# Message #41

From: mahdeltaphi <mark.hennings@ntlworld.com>

Subject: Re: orientations of the centre cubes …

Date: Tue, 09 Sep 2003 13:38:38 -0000

>All I was trying to say was that assigning a stringent orientation

>requirement is a change to the goal of the game, whereas extending

>the cube to four dimensions is a generalization of the same game.

I would argue that asking for a stringent orientation requirement is

not changing the goal of the game, but rather refining/extending it.

One of the great attractions of the cube (in whatever dimension) to

me is that its symmetry group is so very large. All rotation

operations on the 3x3x3 cube rotate the centre pieces on its 3x3

faces, but the effects of those rotations are not normally visible,

since the pieces are (normally) uniformly coloured. Similarly, all

rotations of the tesseract rotate the orientations of the centre

cubes, and move and/or rotate the 2-face pieces as well. Again,

given a uniform colouring system, the rotations of the centre cubes

are invisible, and while the movements of the 2-face pieces are

visible, their rotations are not.

Working on a uniformly coloured 3x3x3 cube or tesseract is not

solving the full symmetry group. The subgroup of the full symmetry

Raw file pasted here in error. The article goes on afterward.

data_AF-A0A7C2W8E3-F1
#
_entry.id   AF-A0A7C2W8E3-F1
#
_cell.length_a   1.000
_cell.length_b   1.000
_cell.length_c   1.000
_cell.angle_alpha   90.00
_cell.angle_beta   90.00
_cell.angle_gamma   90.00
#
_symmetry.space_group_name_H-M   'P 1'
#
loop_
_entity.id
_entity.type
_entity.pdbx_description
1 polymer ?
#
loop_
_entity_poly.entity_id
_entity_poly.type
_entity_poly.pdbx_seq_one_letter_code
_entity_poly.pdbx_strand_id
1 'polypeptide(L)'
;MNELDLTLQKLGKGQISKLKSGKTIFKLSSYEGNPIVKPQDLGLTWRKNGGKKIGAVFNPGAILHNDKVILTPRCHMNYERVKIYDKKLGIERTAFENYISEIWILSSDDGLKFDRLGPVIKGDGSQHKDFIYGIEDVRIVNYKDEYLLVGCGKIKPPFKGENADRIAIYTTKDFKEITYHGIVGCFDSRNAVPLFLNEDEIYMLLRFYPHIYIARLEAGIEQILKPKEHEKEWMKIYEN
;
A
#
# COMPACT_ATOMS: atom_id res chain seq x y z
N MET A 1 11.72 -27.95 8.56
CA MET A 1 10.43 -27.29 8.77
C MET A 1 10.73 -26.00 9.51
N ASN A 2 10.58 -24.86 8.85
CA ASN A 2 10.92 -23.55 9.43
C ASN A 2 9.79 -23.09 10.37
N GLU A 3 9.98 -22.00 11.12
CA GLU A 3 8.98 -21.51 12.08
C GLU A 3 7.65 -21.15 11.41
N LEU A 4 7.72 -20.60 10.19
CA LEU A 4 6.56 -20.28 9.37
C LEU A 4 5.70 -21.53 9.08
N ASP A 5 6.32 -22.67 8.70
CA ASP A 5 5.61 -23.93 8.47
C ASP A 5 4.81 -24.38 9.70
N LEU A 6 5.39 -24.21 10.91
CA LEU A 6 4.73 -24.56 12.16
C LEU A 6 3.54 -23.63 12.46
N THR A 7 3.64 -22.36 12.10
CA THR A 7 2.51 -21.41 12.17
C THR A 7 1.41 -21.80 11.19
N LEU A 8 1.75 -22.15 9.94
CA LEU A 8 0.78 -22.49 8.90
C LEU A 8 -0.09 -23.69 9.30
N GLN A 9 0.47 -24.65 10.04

group which fixes the colours, but ignores orientations, is a normal

subgroup of the full group, and the quotient group of the full

symmetry group by this normal subgroup is the group that is being

studied when working with a uniformly coloured cube/tesseract.

Although nothing like as big as the full symmetry group, the colour-

preserving subgroup is nonetheless respectably large, and probably

deserves some consideration.

The methods I have always used for solving cubes (of varying

sizes/dimensions) have always involved getting the colours right,

and then adjusting the orientations at the end - almost certainly

not the most efficient approach, but one which gives reliable

results. It seems to me that the same approach would apply here.

Putting the tesseract’s colours together is visually challenging

enough without worrying at that stage about orientations! Ignoring

the orientation problem can then be seen as simply a matter of

choosing to forego the final stage of the solution.

I agree that any system of marking the centre cubes and the 2-face

pieces would detract from the visual appeal of the puzzle to some

degree. However, since you can (probably) solve the colour problem

first, and then go on to consider the colour-preserving subgroup

second, might it be possible to have a menu option which switched

off appropriate orientation indicators until required? People who

did not want to consider the orientation problem could simply keep

that option switched off.

Mark